|Maxwell Cornet celebrates after scoring what proved to be the winner at Turf Moor on Wednesday night to close the gap on Everton in the relegation dogfight. (Photo credit: Sky Sports)|
Burnley beat Everton on Wednesday with a sensational second-half performance powered by a strong halftime team talk by manager Sean Dyche after his team went into the break with a goal deficit at Turf Moor.
It was a relegation six-pointer, one both managers knew could determine their survival in the league. Everton had the chance to go seven points clear of the Clarets with a rare away win, while the hosts knew all they had to do to close the gap between them and the Toffees to just one point was to win.
Frank Lampard went for the jugular; he started Dominic Calvert Lewin and Richarlison up front, but the Clarets struck first. Ivorian winger Maxwell Cornet set up Nathan Collins, and the defender made no mistakes to send the hosts in front.
It didn’t take long before Richarlison equalized from the spot, not once but twice, as Everton went 2-1 up just before the break. At that point, Everton was seven points clear of the Clarets in the race against the drop, but Burnley had other ideas.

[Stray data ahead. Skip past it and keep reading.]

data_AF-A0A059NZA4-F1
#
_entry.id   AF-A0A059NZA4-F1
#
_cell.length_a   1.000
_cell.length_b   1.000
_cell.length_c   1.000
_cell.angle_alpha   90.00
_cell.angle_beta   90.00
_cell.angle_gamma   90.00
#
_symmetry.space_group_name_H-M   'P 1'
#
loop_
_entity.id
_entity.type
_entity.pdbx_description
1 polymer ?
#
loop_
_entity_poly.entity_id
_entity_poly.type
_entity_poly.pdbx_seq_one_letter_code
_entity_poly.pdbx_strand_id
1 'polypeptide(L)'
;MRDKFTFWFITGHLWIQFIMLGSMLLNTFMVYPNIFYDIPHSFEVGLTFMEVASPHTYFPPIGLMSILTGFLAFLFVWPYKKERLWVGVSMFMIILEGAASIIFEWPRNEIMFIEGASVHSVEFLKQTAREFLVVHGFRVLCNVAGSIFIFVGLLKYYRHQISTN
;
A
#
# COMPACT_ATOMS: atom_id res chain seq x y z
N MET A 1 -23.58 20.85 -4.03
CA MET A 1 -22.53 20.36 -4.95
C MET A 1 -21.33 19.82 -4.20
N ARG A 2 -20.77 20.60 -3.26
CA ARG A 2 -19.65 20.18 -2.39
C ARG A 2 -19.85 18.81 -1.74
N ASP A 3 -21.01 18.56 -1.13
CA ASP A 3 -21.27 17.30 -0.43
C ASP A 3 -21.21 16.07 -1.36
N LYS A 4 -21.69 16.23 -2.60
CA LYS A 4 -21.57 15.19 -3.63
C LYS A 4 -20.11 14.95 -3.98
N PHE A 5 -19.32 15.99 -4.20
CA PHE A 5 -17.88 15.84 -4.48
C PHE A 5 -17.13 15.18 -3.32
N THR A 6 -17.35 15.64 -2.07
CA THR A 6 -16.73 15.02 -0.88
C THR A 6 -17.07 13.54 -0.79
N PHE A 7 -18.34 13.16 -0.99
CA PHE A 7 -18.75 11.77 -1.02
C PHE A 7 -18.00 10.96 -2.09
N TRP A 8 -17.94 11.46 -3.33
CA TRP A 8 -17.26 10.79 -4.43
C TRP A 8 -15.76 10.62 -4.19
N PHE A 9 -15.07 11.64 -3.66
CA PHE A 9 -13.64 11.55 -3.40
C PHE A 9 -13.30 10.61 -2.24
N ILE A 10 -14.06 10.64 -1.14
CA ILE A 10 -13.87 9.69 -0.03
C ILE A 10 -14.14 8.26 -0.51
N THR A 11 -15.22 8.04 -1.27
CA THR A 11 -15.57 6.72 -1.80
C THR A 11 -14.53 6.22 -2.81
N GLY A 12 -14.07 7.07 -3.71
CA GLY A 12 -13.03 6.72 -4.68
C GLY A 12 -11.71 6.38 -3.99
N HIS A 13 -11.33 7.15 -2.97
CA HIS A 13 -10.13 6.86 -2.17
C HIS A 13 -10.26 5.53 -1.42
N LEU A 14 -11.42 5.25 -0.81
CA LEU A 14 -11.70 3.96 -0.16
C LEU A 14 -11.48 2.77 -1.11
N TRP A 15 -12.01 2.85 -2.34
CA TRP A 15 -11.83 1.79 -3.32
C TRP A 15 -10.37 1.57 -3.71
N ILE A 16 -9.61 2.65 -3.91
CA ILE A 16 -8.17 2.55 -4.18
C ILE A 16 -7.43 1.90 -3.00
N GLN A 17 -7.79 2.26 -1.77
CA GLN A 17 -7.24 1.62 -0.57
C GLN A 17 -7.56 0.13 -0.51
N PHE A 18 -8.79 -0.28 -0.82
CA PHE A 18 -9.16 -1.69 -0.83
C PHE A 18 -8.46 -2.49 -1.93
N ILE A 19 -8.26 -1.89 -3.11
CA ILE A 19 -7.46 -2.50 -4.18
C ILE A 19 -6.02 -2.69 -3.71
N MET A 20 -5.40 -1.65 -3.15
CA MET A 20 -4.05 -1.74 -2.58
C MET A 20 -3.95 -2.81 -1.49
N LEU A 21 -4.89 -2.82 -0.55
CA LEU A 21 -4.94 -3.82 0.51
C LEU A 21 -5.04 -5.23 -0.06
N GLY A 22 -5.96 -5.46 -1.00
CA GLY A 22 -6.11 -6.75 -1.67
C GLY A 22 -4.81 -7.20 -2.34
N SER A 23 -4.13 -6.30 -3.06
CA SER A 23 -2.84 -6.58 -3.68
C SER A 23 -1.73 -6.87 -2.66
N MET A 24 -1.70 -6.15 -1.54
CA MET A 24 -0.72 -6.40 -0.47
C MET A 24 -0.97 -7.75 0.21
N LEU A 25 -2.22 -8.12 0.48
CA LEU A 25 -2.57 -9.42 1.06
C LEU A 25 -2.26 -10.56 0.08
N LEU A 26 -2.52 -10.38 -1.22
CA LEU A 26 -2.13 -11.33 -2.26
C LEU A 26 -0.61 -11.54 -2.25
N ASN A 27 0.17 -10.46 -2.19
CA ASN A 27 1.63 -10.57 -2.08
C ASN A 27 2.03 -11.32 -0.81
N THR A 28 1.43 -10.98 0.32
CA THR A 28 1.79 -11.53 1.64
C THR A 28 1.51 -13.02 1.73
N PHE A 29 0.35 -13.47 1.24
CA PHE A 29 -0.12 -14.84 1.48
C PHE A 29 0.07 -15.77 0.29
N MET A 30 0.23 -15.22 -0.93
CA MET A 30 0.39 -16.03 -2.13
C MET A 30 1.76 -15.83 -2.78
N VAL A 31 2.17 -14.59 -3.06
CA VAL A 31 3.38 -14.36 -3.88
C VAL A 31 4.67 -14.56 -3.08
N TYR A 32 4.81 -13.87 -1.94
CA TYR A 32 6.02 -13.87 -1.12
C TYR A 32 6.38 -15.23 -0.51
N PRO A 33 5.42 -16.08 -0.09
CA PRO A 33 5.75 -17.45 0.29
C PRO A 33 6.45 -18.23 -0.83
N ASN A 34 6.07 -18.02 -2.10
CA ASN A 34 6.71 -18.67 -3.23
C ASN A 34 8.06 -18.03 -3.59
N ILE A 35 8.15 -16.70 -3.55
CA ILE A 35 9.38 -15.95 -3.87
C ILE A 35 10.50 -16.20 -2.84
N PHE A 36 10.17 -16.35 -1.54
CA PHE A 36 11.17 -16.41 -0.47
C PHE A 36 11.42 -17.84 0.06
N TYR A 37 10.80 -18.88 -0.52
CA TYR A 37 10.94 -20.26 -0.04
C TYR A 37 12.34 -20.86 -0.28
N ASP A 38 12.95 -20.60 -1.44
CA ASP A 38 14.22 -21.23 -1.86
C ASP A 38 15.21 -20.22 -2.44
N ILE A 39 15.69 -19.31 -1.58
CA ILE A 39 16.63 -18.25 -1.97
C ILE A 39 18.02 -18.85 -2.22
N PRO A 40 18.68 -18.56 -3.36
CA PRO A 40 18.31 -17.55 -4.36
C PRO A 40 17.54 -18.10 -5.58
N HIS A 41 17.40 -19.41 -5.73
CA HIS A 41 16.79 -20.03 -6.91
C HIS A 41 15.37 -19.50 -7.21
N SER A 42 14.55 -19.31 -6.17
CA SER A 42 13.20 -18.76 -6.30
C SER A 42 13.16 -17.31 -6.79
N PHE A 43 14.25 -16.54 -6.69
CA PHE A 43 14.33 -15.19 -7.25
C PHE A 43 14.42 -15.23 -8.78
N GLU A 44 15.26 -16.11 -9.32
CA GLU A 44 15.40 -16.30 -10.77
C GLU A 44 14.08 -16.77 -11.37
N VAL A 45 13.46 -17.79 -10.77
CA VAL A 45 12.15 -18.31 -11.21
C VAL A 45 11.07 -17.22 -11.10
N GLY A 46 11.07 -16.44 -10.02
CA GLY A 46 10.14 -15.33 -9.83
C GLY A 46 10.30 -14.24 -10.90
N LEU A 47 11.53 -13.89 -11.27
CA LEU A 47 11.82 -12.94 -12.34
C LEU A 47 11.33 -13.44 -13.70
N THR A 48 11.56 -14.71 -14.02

Jay Rodriguez scored not long after the restart to level things, and it became a dodgy affair from there. Everton threw everything forward and looked like grabbing the lead again but for some fine performances by Nick Pope in the Burnley goal and some poor finishing from the Everton forwards.
With five minutes left on the clock, Cornet met a Matej Vidra pass to ruin the night of the visiting fans, he scored what proved to be the winner, and Frank Lampard couldn’t believe his eyes.
The former Chelsea star tried to claw things back with the introduction of Jose Solomon Rondon, but Burnley held on for the win, which has given them hope in the relegation dogfight.
"You sense a team doesn't know how to win a game. I said to our players that this lot don't know how to win a game away from home," Dyche said when asked what he told his team at the break after two Richarlison penalties had given the visitors the advantage.
Frank Lampard threw his hands in the air and vowed to fight for the remaining nine matches; he now must face a challenging run of games with grit and solid performances if Everton’s 68 year run in the premier league would continue or come to an end.
"The effort is there; belief will be tested," he said. "When you lose, it's a test of belief. The players are disappointed in the end. In terms of the general performance, I didn't hate it. The goals are not goals that we should concede.
"I don't need picking up. I'm the one that needs to be picking people up. As much as it feels not great tonight, you’ve got to focus on Saturday tomorrow.
"Manchester United will be a completely different game, understanding the pressure that's now on it. We can't pretend tonight didn't happen; we have to be on a good edge against United."